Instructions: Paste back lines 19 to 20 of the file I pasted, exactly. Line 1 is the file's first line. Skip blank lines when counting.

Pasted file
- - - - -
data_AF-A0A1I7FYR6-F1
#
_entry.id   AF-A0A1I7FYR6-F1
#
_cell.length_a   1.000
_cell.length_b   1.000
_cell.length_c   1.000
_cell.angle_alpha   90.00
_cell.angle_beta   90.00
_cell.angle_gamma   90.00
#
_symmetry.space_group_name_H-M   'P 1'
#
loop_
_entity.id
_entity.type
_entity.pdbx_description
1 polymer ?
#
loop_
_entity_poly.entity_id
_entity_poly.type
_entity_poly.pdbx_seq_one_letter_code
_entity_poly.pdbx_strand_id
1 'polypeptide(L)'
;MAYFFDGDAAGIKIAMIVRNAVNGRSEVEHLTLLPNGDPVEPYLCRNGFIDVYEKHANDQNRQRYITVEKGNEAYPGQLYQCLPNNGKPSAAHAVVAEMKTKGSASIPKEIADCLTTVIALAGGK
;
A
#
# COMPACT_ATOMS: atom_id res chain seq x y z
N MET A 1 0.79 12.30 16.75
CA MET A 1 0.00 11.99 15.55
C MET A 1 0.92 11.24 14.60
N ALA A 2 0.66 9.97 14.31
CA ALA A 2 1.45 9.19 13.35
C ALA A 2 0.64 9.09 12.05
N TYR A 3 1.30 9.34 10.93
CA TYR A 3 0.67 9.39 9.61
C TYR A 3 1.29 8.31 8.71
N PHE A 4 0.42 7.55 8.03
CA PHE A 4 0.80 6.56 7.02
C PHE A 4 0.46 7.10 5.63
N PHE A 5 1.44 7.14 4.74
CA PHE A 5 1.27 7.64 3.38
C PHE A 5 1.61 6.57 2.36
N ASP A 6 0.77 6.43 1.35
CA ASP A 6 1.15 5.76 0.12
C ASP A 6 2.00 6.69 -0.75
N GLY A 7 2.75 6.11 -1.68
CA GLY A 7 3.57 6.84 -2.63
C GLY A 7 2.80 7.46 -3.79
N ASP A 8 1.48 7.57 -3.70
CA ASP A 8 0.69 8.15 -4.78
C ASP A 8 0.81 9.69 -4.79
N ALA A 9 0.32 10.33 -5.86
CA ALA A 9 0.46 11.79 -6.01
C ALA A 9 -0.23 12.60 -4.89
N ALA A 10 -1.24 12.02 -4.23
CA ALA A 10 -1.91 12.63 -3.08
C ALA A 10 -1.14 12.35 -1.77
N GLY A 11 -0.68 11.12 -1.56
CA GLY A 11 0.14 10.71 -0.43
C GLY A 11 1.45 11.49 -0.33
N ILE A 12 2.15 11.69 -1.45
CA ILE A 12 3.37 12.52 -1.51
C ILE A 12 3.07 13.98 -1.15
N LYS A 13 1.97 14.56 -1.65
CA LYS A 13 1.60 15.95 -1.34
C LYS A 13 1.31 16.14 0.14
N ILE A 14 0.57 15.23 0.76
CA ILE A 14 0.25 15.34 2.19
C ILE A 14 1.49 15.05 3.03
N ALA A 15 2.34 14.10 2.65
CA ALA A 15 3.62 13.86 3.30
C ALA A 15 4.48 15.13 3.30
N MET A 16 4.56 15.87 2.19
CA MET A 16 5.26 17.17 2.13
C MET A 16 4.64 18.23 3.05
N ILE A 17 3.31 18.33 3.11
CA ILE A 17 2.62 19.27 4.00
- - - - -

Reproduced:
#
loop_